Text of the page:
The basic beam path of the system from DE 24 31 551 is sketched in FIG. 3. Reference is furthermore made in connection with this variation of an interferential three-grating incremental transducer to Ch. 4 of a dissertation of J. Wilhelm “Dreigitter-schrittgeber” [Three-grating Incremental Transducer] of the TU [Technical University] Hannover, 1978.

All gratings AG, AG′, M used in the optical position measuring system proposed therein are designed as phase gratings with a phase depth Δφ=λ/2, which again assures high efficiency. Here, the graduation periods dAG, dAG′, of the scanning graduation(s) AG, AG′ have been selected to be twice as large as the graduation period dM of the measuring graduation M. All gratings AG, AG′, M used respectively have fringe and gap widths of the same size. Because of the phase depth Δφ=λ/2 in all graduations, this system assures the suppression of the zeroth order of diffraction, and therefore provides a good degree of modulation of the scanning system.

However, it must be noted as disadvantageous in connection with this, as well as with the previous discussed optical measuring system, that both systems are relatively sensitive to twisting and tilting of the scanning unit in respect to the scale, i.e. such possible twisting during the measuring operation results in incorrect measurements.

OBJECT AND SUMMARY OF THE INVENTION

It is therefore an object of the present invention to disclose a position measuring system that is insensitive to a large extent to possible twisting of the scanning unit in respect to the scale. Moreover, satisfactory signal modulation, as well as the greatest possible signal multiplication, are desirable.

An optical position measuring system meeting these requirements includes a scale that has at least two partial measuring graduations that have different graduation periods and a scanning unit that is movable relative to the scale along a measuring direction. The scanning unit includes a light source that emits light beams, a reflector element and a detector element, wherein the light beams emitted by the light source are deflected several times by the reflector element in the direction of the course of propagation of the emitted light beams and impinge several times on said scale before they impinge on said detector element, on which scanning signals, which are modulated as a function of displacement, are detected.

The steps in accordance with the present invention now substantially guarantee that the desired insensitivity to twisting during measuring operations is assured, as well as a satisfactory degree of modulation of the resulting scanning signals. The signal multiplication, i.e. the ratio of the graduation period and the signal period of the scanning signals, which can be achieved by means of the optical position measuring system of the invention, is moreover also greater than with the discussed systems in accordance with the prior art.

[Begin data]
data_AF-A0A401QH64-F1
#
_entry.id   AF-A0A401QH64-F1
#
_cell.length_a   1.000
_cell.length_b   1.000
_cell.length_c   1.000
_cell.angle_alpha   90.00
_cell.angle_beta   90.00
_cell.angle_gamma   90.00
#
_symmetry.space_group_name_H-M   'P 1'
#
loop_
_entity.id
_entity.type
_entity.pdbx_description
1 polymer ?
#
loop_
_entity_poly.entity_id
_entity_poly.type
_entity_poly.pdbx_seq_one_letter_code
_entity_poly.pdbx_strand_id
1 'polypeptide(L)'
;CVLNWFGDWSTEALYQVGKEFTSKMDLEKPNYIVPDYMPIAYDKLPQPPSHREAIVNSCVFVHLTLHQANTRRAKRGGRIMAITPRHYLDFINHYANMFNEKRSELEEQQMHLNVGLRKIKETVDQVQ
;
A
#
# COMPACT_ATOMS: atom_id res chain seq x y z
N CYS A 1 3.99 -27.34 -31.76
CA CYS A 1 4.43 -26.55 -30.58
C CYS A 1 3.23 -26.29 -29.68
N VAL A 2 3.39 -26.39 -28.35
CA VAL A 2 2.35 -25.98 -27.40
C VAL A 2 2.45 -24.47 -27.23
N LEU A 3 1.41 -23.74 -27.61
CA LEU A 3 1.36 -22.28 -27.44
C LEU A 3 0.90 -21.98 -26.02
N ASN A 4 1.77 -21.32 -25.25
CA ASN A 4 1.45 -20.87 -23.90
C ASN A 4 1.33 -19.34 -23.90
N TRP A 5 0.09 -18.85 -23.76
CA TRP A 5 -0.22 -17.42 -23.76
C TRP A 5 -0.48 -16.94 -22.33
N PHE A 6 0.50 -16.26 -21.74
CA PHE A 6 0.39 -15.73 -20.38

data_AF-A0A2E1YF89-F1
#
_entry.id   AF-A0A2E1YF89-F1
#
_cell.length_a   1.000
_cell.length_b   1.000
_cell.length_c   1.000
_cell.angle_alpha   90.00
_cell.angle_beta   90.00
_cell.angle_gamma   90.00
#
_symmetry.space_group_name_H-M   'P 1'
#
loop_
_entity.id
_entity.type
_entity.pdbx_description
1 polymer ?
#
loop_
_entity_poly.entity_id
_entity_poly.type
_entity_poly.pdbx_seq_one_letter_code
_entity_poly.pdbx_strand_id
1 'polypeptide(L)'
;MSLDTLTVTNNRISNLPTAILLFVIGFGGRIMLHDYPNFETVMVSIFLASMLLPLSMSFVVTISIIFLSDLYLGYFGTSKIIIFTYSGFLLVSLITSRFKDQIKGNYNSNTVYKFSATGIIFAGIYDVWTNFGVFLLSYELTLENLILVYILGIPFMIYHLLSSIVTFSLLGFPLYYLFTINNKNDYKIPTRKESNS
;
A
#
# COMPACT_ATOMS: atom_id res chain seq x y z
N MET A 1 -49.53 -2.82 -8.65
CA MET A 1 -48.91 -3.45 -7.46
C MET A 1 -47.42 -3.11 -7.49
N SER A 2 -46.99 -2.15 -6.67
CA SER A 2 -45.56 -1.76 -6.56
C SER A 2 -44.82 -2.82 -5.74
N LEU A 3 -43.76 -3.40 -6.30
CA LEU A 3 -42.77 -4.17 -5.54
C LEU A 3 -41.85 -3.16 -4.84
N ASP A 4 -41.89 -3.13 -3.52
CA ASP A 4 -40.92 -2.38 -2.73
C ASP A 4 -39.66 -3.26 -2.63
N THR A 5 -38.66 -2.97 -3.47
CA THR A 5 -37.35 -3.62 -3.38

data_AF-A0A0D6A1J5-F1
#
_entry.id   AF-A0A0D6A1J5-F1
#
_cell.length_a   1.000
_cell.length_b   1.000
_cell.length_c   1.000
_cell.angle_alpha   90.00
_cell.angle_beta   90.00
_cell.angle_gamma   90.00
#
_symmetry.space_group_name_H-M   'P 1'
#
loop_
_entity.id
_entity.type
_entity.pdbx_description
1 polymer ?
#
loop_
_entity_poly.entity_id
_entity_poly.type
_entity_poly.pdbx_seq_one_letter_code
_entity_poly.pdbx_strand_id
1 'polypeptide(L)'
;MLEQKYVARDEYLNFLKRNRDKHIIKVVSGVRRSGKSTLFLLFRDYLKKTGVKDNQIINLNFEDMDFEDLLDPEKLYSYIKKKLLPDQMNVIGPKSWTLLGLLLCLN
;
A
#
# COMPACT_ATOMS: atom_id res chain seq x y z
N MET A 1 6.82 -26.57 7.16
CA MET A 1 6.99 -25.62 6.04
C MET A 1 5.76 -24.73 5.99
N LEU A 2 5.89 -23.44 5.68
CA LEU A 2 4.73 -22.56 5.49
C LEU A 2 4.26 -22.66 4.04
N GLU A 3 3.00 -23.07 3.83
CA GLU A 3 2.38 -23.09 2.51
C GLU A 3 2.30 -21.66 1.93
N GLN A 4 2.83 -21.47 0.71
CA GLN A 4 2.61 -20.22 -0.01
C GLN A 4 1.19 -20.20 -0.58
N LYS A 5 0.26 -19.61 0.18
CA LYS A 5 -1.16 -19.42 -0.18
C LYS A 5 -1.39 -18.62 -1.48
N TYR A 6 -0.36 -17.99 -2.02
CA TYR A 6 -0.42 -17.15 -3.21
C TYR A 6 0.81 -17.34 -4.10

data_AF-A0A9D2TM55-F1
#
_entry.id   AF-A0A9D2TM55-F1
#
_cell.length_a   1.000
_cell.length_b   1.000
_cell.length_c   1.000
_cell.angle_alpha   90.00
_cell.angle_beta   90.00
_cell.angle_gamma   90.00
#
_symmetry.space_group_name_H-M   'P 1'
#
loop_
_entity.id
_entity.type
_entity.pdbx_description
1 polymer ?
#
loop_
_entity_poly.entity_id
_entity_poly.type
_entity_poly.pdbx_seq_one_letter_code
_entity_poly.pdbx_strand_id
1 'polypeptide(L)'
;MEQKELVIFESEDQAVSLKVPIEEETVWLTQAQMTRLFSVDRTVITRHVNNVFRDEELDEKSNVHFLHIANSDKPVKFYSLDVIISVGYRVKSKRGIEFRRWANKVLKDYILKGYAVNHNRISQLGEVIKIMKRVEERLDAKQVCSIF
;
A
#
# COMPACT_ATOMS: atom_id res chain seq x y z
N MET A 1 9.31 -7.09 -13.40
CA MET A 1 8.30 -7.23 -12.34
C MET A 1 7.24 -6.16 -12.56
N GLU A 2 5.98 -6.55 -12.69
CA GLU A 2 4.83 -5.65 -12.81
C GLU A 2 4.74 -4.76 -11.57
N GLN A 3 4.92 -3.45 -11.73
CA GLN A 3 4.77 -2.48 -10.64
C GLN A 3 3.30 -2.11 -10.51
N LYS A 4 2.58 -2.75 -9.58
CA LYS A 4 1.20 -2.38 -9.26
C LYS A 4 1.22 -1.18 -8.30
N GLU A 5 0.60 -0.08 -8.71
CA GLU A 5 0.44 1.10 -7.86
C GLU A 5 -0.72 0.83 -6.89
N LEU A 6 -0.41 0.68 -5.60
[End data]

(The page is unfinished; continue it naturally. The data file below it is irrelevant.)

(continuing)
Furthermore, a number of embodiment options exists within the scope of the present invention. Thus, linear, as well as rotary measuring systems can of course be realized on the basis of the present invention. In the same way, combinations of different measuring graduation variations can be used, for example systems consisting of incident light and transmitted light measuring graduations, etc. Furthermore, many possibilities exist for adapting the present invention to the most different measuring conditions.

Further advantages, as well as details of the optical position measuring system in accordance with the invention ensue from the subsequent description of several exemplary embodiments by means of the attached drawings.

BRIEF DESCRIPTION OF THE DRAWINGS

FIGS. 1 to 3 respectively show representations in regard to the above-discussed prior art;

FIG. 4 is a perspective partial view of a first exemplary embodiment of an optical position measuring system in accordance with the present invention;

FIG. 5 is a partial perspective view of a second exemplary embodiment of an optical position measuring system in accordance with the present invention;

FIG. 6 is a top view of the first exemplary embodiment in FIG. 4;

FIG. 7 is a top view of a third embodiment of an optical position measuring system in accordance with the present invention;

FIG. 8 is a side view of a fourth embodiment of an optical position measuring system in accordance with the present invention;

FIGS. 9a to 9 c each schematically represent an embodiment of a suitable reflector element for the embodiments of FIGS. 4-8;

FIG. 10 is a perspective view of a portion of a fifth exemplary embodiment of an optical position measuring system in accordance with the present invention; and

FIG. 11 represents the beam path inside the optical position measuring system in accordance with the present invention in an extended view.

DETAILED DESCRIPTION OF THE PREFERRED EMBODIMENTS